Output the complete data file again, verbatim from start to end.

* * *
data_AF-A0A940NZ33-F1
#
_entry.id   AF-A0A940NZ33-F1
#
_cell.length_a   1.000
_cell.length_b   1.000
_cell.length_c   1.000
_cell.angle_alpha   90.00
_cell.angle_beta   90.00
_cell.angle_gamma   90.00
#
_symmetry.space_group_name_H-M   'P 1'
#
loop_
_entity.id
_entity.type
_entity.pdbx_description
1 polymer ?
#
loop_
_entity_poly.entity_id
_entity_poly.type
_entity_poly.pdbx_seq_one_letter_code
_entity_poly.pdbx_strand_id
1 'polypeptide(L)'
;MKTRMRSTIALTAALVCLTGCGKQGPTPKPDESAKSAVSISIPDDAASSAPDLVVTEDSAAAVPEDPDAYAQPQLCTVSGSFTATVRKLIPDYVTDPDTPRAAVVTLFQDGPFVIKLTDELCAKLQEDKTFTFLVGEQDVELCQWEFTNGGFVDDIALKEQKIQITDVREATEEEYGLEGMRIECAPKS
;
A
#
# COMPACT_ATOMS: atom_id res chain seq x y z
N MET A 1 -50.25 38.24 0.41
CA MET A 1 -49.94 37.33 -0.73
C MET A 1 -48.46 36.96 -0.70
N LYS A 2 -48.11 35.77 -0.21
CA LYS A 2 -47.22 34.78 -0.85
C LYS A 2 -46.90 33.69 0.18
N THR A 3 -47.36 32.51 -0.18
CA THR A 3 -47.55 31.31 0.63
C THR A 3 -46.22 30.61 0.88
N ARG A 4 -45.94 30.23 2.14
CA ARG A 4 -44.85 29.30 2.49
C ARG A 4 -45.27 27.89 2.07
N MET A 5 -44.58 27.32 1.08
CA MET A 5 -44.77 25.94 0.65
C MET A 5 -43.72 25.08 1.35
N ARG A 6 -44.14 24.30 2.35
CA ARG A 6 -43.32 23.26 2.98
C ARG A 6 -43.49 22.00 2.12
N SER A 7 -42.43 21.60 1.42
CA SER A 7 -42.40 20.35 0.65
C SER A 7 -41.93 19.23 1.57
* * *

data_AF-A0A940NZ33-F1
#
_entry.id   AF-A0A940NZ33-F1
#
_cell.length_a   1.000
_cell.length_b   1.000
_cell.length_c   1.000
_cell.angle_alpha   90.00
_cell.angle_beta   90.00
_cell.angle_gamma   90.00
#
_symmetry.space_group_name_H-M   'P 1'
#
loop_
_entity.id
_entity.type
_entity.pdbx_description
1 polymer ?
#
loop_
_entity_poly.entity_id
_entity_poly.type
_entity_poly.pdbx_seq_one_letter_code
_entity_poly.pdbx_strand_id
1 'polypeptide(L)'
;MKTRMRSTIALTAALVCLTGCGKQGPTPKPDESAKSAVSISIPDDAASSAPDLVVTEDSAAAVPEDPDAYAQPQLCTVSGSFTATVRKLIPDYVTDPDTPRAAVVTLFQDGPFVIKLTDELCAKLQEDKTFTFLVGEQDVELCQWEFTNGGFVDDIALKEQKIQITDVREATEEEYGLEGMRIECAPKS
;
A
#
# COMPACT_ATOMS: atom_id res chain seq x y z
N MET A 1 -50.25 38.24 0.41
CA MET A 1 -49.94 37.33 -0.73
C MET A 1 -48.46 36.96 -0.70
N LYS A 2 -48.11 35.77 -0.21
CA LYS A 2 -47.22 34.78 -0.85
C LYS A 2 -46.90 33.69 0.18
N THR A 3 -47.36 32.51 -0.18
CA THR A 3 -47.55 31.31 0.63
C THR A 3 -46.22 30.61 0.88
N ARG A 4 -45.94 30.23 2.14
CA ARG A 4 -44.85 29.30 2.49
C ARG A 4 -45.27 27.89 2.07
N MET A 5 -44.58 27.32 1.08
CA MET A 5 -44.77 25.94 0.65
C MET A 5 -43.72 25.08 1.35
N ARG A 6 -44.14 24.30 2.35
CA ARG A 6 -43.32 23.26 2.98
C ARG A 6 -43.49 22.00 2.12
N SER A 7 -42.43 21.60 1.42
CA SER A 7 -42.40 20.35 0.65
C SER A 7 -41.93 19.23 1.57